The UN General Assembly, in the face of strong opposition from the US and Israel, has voted overwhelmingly to enhance Palestine's diplomatic status at the United Nations.
The resolution was approved by 138-9 on the General Assembly, which is dominated by countries sympathetic to the Palestinian cause. Britain was among 41 abstentions.
The move upgrades the Palestinian Authority's observer status at the UN to "non-member state" from "entity," placing it on the same level as the Vatican.
The announcement was greeted by wild cheers at the assembly and mass rejoicing on the streets of Ramallah in the West Bank.
ITV News's John Ray reports from the centre of the celebrations:
Palestinian President Mahmoud Abbas had urged the General Assembly to "issue a birth certificate" for the state of Palestine in an address prior to the vote in New York.
He also drew a furious response from Israel after denouncing the Jewish state from the UN podium for its "aggressive policies and the perpetration of war crimes".
Israeli Prime Minister Benjamin Netanyahu swiftly condemned Abbas' comments as "hostile and poisonous," full of "false propaganda", and "not the words of a man who wants peace."
Dismissing Thursday's resolution as "meaningless," Mr Netanyahu reiterated Israeli calls for direct talks with the Palestinians.
As expected, Israel was joined by the US in voting against the resolution in a small minority bolstered by the likes of Canada, the Czech Republic, the Marshall Islands and Panama.
US Secretary of State Hillary Clinton called the vote "unfortunate and counter-productive" and said the elevation of Palestine's status put more obstacles on the path to peace.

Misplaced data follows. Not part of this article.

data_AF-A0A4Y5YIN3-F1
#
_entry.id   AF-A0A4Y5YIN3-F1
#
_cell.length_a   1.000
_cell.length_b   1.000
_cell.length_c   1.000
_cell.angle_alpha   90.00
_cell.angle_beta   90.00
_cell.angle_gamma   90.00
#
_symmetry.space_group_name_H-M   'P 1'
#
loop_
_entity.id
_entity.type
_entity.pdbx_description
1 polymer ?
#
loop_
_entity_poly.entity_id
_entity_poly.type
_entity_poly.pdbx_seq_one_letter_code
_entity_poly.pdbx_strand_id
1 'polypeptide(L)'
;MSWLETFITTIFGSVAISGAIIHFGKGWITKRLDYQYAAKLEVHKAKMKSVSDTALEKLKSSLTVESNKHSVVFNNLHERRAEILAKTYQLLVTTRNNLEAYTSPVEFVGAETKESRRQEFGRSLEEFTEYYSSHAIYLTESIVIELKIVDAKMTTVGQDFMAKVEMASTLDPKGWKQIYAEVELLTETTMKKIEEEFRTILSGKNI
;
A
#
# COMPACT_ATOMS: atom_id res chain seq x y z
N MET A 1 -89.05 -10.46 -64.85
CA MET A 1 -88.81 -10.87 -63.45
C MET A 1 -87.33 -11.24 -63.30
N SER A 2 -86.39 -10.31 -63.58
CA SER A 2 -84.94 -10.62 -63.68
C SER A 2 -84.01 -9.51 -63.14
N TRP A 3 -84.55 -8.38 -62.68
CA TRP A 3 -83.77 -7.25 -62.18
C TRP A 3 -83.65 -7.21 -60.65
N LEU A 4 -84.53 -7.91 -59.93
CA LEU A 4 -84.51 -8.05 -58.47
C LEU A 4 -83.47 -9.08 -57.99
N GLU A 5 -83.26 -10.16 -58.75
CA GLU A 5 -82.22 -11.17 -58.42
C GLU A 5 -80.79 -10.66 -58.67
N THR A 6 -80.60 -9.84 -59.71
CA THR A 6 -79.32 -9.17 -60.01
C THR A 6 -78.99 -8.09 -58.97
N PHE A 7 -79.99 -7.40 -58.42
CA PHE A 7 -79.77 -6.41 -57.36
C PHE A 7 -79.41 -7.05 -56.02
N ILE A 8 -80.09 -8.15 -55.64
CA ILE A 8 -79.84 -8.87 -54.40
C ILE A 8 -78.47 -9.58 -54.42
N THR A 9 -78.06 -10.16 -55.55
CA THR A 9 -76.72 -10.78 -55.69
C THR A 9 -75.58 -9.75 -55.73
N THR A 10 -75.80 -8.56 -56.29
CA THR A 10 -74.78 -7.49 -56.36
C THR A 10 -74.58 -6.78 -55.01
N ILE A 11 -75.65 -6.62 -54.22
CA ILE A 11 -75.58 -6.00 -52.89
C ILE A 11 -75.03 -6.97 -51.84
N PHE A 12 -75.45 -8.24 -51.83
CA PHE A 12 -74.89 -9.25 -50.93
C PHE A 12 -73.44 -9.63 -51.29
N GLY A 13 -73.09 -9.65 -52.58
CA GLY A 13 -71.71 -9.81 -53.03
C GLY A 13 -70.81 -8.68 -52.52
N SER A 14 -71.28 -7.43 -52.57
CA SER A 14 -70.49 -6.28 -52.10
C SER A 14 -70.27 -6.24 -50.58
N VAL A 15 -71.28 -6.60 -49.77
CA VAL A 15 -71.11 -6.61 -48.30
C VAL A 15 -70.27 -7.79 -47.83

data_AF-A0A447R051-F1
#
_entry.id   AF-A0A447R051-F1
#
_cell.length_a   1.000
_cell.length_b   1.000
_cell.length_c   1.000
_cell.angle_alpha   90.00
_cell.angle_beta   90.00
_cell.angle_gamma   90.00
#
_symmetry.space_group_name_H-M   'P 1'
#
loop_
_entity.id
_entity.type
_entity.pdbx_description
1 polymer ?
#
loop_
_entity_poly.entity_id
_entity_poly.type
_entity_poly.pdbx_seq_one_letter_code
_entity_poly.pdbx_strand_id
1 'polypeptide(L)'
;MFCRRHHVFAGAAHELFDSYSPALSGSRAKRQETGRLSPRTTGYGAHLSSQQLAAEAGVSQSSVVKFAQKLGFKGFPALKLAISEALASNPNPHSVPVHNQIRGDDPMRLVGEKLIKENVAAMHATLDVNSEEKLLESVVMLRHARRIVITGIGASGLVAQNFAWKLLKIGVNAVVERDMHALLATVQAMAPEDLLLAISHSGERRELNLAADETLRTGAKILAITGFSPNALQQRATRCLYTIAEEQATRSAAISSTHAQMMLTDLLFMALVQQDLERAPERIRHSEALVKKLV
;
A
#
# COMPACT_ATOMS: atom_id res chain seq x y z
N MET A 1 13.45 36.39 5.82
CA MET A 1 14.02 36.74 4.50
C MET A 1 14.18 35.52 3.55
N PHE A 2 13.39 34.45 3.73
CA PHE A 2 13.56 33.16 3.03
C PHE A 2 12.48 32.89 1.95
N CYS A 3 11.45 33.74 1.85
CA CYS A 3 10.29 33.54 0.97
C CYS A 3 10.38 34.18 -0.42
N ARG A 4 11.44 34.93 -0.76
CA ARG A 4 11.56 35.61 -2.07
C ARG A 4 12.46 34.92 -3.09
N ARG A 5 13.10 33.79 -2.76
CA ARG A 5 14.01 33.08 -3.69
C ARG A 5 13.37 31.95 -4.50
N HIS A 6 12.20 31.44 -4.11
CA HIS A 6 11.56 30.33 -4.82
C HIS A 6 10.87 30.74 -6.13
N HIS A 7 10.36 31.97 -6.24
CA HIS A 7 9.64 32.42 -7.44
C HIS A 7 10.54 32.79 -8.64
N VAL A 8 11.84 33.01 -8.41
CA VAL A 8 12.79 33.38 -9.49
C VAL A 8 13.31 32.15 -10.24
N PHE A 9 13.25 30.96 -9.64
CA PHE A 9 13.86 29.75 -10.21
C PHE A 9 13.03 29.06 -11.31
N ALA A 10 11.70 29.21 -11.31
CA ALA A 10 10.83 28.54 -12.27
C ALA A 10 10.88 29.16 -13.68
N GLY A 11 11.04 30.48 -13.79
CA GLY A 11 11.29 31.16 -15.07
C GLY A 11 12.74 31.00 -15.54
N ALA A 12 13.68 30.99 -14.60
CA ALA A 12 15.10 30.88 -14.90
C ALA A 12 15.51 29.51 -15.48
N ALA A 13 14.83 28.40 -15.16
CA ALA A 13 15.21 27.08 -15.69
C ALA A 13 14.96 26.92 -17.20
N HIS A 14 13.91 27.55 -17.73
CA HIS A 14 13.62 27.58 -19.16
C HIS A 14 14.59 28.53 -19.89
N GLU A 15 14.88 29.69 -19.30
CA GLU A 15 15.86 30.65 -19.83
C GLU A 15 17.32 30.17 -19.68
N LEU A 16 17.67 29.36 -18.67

UN envoys, though, said Israel might not retaliate harshly against the Palestinians over the vote as long as they do not seek to join the International Criminal Court (ICC).
If the Palestinians were to join the ICC, they could file complaints with the court accusing Israel of war crimes, crimes against humanity and other serious crimes.
Explaining Britain's abstention, Foreign Secretary William Hague said the UK could only support the resolution if the Palestinians gave a commitment to an immediate and unconditional return to the negotiating table with Israel.
He said Britain also required an assurance that the Palestinians would not seek to extend the jurisdiction of the ICC over the Occupied Territories.
Shadow Foreign Secretary Douglas Alexander said the government's decision to abstain was "a historic misjudgement".
Thursday's vote was held on the 65th anniversary of the adoption of UN resolution 181 that partitioned Palestine into separate Jewish and Arab states.
Responding to the overwhelming final tally, UN Secretary-General Ban Ki-moon said:
Today’s vote underscores the urgency of a resumption of meaningful negotiations.